By CELINE McNICHOLAS
Economic Policy Institute
One of the primary causes of economic inequality in our nation is the shrinking share of U.S. workers who are union members. Consequently, workers throughout our country find themselves working harder, faster, yet still sliding slowly backwards.
Ensuring that workers have access to a union is one of the most effective ways to strengthen our nation’s collapsing middle class. But instead of paying workers what they deserve, big name companies are spending huge sums of money on high-priced consultants to bust unions.
A $340 million industry of “union avoidance” consultants helps employers exploit the weaknesses of federal Labor law to deny workers the right to collective bargaining. Over the past five years, employers using union avoidance consultants, including
FedEx, Bed Bath & Beyond, LabCorp and others, have spent hundreds of thousands to millions of dollars from 2014-2018 to thwart union organizing:
- LabCorp – $4.3 million.
- FedEx –$837,000.
- Bed Bath & Beyond – $567,000.
These union-busting consultants are giving companies throughout the country advice on disgusting anti-union tactics that are legal under current law:
- Forcing employees to attend daily anti–union meetings where pro-union workers have no right to present alternative views and can be fired on the spot if they ask a question.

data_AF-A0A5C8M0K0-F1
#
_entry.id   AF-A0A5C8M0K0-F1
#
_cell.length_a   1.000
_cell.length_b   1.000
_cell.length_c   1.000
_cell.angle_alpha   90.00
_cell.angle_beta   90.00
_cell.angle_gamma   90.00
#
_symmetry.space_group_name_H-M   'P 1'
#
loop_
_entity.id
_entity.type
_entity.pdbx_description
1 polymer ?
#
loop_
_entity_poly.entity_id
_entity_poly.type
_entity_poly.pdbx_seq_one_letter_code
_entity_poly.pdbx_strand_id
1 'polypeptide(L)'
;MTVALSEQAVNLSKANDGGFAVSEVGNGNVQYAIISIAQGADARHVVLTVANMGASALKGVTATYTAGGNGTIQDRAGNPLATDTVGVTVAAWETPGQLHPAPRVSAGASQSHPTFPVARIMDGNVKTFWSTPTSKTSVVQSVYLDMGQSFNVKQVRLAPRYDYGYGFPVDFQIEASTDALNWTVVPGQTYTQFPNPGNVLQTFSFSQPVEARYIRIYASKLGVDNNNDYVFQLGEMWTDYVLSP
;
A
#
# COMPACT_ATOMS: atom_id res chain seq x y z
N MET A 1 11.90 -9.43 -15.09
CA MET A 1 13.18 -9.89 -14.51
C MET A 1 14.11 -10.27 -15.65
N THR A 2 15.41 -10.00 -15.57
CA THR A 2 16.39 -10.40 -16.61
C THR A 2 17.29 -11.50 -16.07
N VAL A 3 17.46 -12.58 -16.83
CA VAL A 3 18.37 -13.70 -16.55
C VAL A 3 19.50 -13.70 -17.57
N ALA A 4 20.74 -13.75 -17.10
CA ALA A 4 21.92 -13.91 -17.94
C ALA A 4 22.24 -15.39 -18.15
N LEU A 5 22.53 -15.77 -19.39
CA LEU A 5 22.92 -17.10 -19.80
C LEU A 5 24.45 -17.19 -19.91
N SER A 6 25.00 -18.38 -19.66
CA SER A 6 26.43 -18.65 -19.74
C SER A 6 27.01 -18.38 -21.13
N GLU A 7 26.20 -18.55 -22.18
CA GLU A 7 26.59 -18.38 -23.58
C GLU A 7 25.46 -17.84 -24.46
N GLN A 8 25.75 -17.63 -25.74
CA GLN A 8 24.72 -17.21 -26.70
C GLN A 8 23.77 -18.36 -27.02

- Plastering the workplace with anti-union posters, banners, and looping video ads—and denying pro-union employees access to any of these media.
- Instructing managers to tell employees that there’s a good chance they will lose their jobs if they vote to unionize.
- Having supervisors hold multiple one-on-one talks with each of their employees, stressing why it would be bad for them to vote in a union.
- Having managers tell employees that pro-union workers are “the enemy within.”
- Telling supervisors to grill subordinates about their views on unionization, effectively destroying the principle of a secret ballot.
We must fight back against corporations that invest in union busting over investing in pay for their employees.
(Celine McNicholas is director of government affairs at the Economic Policy Institute, a nonprofit, nonpartisan think tank created in 1986 to include the needs of low- and middle-income workers in economic policy discussions. EPI conducts research and analysis on the economic status of working America, proposes public policies that protect and improve the economic conditions of low- and middle-income workers and assesses policies with respect to how they affect those workers. You can help support EPI’s work at https://secure.actblue.com/contribute/page/epi.)